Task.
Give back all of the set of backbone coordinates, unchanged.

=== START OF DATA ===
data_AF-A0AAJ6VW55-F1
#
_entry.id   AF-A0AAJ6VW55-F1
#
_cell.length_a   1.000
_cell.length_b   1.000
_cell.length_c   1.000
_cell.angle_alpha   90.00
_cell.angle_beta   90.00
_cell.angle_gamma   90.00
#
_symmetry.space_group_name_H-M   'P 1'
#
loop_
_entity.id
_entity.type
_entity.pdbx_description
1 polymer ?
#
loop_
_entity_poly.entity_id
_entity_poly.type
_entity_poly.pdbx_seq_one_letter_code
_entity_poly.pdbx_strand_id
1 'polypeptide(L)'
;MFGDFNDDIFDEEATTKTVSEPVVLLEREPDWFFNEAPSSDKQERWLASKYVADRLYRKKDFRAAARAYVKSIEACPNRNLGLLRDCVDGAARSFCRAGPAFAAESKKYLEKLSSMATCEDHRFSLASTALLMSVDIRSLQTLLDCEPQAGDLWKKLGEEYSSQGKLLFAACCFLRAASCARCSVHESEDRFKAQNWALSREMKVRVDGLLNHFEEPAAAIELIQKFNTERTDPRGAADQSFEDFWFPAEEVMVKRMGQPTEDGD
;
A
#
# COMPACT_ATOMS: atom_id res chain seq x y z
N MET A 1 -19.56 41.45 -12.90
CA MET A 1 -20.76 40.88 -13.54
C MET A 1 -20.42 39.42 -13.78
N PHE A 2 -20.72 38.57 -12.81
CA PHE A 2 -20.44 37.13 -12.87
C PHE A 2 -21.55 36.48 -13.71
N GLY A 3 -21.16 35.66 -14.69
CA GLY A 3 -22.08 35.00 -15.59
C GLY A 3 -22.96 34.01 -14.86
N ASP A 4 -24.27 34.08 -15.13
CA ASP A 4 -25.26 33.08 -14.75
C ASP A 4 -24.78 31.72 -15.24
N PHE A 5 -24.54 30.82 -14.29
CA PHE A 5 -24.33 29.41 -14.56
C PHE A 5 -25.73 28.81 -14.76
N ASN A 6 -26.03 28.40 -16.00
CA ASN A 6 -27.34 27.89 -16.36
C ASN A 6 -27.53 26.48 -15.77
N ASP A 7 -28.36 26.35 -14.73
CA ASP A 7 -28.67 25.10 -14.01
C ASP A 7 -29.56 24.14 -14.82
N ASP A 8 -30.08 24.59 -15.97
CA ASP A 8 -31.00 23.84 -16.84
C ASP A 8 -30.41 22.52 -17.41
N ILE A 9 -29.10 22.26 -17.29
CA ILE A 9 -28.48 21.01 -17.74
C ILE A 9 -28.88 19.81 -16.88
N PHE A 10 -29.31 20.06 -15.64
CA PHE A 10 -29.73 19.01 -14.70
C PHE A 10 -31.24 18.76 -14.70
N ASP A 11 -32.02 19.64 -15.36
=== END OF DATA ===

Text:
data_AF-A0AAJ6VW55-F1
#
_entry.id   AF-A0AAJ6VW55-F1
#
_cell.length_a   1.000
_cell.length_b   1.000
_cell.length_c   1.000
_cell.angle_alpha   90.00
_cell.angle_beta   90.00
_cell.angle_gamma   90.00
#
_symmetry.space_group_name_H-M   'P 1'
#
loop_
_entity.id
_entity.type
_entity.pdbx_description
1 polymer ?
#
loop_
_entity_poly.entity_id
_entity_poly.type
_entity_poly.pdbx_seq_one_letter_code
_entity_poly.pdbx_strand_id
1 'polypeptide(L)'
;MFGDFNDDIFDEEATTKTVSEPVVLLEREPDWFFNEAPSSDKQERWLASKYVADRLYRKKDFRAAARAYVKSIEACPNRNLGLLRDCVDGAARSFCRAGPAFAAESKKYLEKLSSMATCEDHRFSLASTALLMSVDIRSLQTLLDCEPQAGDLWKKLGEEYSSQGKLLFAACCFLRAASCARCSVHESEDRFKAQNWALSREMKVRVDGLLNHFEEPAAAIELIQKFNTERTDPRGAADQSFEDFWFPAEEVMVKRMGQPTEDGD
;
A
#
# COMPACT_ATOMS: atom_id res chain seq x y z
N MET A 1 -19.56 41.45 -12.90
CA MET A 1 -20.76 40.88 -13.54
C MET A 1 -20.42 39.42 -13.78
N PHE A 2 -20.72 38.57 -12.81
CA PHE A 2 -20.44 37.13 -12.87
C PHE A 2 -21.55 36.48 -13.71
N GLY A 3 -21.16 35.66 -14.69
CA GLY A 3 -22.08 35.00 -15.59
C GLY A 3 -22.96 34.01 -14.86
N ASP A 4 -24.27 34.08 -15.13
CA ASP A 4 -25.26 33.08 -14.75
C ASP A 4 -24.78 31.72 -15.24
N PHE A 5 -24.54 30.82 -14.29
CA PHE A 5 -24.33 29.41 -14.56
C PHE A 5 -25.73 28.81 -14.76
N ASN A 6 -26.03 28.40 -16.00
CA ASN A 6 -27.34 27.89 -16.36
C ASN A 6 -27.53 26.48 -15.77
N ASP A 7 -28.36 26.35 -14.73
CA ASP A 7 -28.67 25.10 -14.01
C ASP A 7 -29.56 24.14 -14.82
N ASP A 8 -30.08 24.59 -15.97
CA ASP A 8 -31.00 23.84 -16.84
C ASP A 8 -30.41 22.52 -17.41
N ILE A 9 -29.10 22.26 -17.29
CA ILE A 9 -28.48 21.01 -17.74
C ILE A 9 -28.88 19.81 -16.88
N PHE A 10 -29.31 20.06 -15.64
CA PHE A 10 -29.73 19.01 -14.70
C PHE A 10 -31.24 18.76 -14.70
N ASP A 11 -32.02 19.64 -15.36